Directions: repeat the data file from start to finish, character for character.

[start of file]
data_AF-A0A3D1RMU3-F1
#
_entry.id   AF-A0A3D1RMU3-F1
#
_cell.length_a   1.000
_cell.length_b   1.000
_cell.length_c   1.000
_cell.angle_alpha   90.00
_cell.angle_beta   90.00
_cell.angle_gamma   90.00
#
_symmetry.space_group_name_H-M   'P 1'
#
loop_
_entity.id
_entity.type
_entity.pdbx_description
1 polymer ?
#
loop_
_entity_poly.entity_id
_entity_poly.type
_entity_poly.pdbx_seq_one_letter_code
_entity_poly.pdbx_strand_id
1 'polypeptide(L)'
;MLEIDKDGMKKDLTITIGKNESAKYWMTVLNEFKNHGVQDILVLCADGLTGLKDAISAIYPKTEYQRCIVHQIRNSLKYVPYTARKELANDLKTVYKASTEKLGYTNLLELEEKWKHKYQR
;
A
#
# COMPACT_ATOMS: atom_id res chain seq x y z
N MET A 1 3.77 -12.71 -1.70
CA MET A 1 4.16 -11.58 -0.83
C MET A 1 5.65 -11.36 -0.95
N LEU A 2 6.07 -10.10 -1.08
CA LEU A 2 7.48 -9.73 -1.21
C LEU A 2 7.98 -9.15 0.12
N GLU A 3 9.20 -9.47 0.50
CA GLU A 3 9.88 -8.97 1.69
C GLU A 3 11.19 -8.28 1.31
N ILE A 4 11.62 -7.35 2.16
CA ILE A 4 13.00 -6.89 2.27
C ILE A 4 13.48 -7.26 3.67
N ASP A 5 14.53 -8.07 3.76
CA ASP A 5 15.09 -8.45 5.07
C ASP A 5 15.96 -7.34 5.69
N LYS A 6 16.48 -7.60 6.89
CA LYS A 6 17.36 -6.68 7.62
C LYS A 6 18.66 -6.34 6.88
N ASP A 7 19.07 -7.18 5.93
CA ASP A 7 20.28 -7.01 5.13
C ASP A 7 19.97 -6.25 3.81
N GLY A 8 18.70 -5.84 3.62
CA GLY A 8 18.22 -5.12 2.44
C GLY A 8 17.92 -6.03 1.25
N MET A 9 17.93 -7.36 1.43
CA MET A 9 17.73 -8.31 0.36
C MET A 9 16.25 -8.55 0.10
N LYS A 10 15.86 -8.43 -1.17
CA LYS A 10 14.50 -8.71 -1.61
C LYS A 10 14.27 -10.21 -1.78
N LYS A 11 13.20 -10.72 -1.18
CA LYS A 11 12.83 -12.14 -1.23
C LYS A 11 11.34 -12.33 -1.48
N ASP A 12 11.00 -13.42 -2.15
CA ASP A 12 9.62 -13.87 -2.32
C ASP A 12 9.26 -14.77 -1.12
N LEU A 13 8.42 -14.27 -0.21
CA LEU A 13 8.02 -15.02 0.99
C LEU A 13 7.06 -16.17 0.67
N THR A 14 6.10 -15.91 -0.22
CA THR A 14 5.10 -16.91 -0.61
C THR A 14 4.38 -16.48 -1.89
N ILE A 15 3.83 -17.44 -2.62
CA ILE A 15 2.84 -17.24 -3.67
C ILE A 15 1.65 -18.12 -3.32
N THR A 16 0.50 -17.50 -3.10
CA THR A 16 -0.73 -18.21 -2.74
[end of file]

data_AF-A0A3D1RMU3-F1
#
_entry.id   AF-A0A3D1RMU3-F1
#
_cell.length_a   1.000
_cell.length_b   1.000
_cell.length_c   1.000
_cell.angle_alpha   90.00
_cell.angle_beta   90.00
_cell.angle_gamma   90.00
#
_symmetry.space_group_name_H-M   'P 1'
#
loop_
_entity.id
_entity.type
_entity.pdbx_description
1 polymer ?
#
loop_
_entity_poly.entity_id
_entity_poly.type
_entity_poly.pdbx_seq_one_letter_code
_entity_poly.pdbx_strand_id
1 'polypeptide(L)'
;MLEIDKDGMKKDLTITIGKNESAKYWMTVLNEFKNHGVQDILVLCADGLTGLKDAISAIYPKTEYQRCIVHQIRNSLKYVPYTARKELANDLKTVYKASTEKLGYTNLLELEEKWKHKYQR
;
A
#
# COMPACT_ATOMS: atom_id res chain seq x y z
N MET A 1 3.77 -12.71 -1.70
CA MET A 1 4.16 -11.58 -0.83
C MET A 1 5.65 -11.36 -0.95
N LEU A 2 6.07 -10.10 -1.08
CA LEU A 2 7.48 -9.73 -1.21
C LEU A 2 7.98 -9.15 0.12
N GLU A 3 9.20 -9.47 0.50
CA GLU A 3 9.88 -8.97 1.69
C GLU A 3 11.19 -8.28 1.31
N ILE A 4 11.62 -7.35 2.16
CA ILE A 4 13.00 -6.89 2.27
C ILE A 4 13.48 -7.26 3.67
N ASP A 5 14.53 -8.07 3.76
CA ASP A 5 15.09 -8.45 5.07
C ASP A 5 15.96 -7.34 5.69
N LYS A 6 16.48 -7.60 6.89
CA LYS A 6 17.36 -6.68 7.62
C LYS A 6 18.66 -6.34 6.88
N ASP A 7 19.07 -7.18 5.93
CA ASP A 7 20.28 -7.01 5.13
C ASP A 7 19.97 -6.25 3.81
N GLY A 8 18.70 -5.84 3.62
CA GLY A 8 18.22 -5.12 2.44
C GLY A 8 17.92 -6.03 1.25
N MET A 9 17.93 -7.36 1.43
CA MET A 9 17.73 -8.31 0.36
C MET A 9 16.25 -8.55 0.10
N LYS A 10 15.86 -8.43 -1.17
CA LYS A 10 14.50 -8.71 -1.61
C LYS A 10 14.27 -10.21 -1.78
N LYS A 11 13.20 -10.72 -1.18
CA LYS A 11 12.83 -12.14 -1.23
C LYS A 11 11.34 -12.33 -1.48
N ASP A 12 11.00 -13.42 -2.15
CA ASP A 12 9.62 -13.87 -2.32
C ASP A 12 9.26 -14.77 -1.12
N LEU A 13 8.42 -14.27 -0.21
CA LEU A 13 8.02 -15.02 0.99
C LEU A 13 7.06 -16.17 0.67
N THR A 14 6.10 -15.91 -0.22
CA THR A 14 5.10 -16.91 -0.61
C THR A 14 4.38 -16.48 -1.89
N ILE A 15 3.83 -17.44 -2.62
CA ILE A 15 2.84 -17.24 -3.67
C ILE A 15 1.65 -18.12 -3.32
N THR A 16 0.50 -17.50 -3.10
CA THR A 16 -0.73 -18.21 -2.74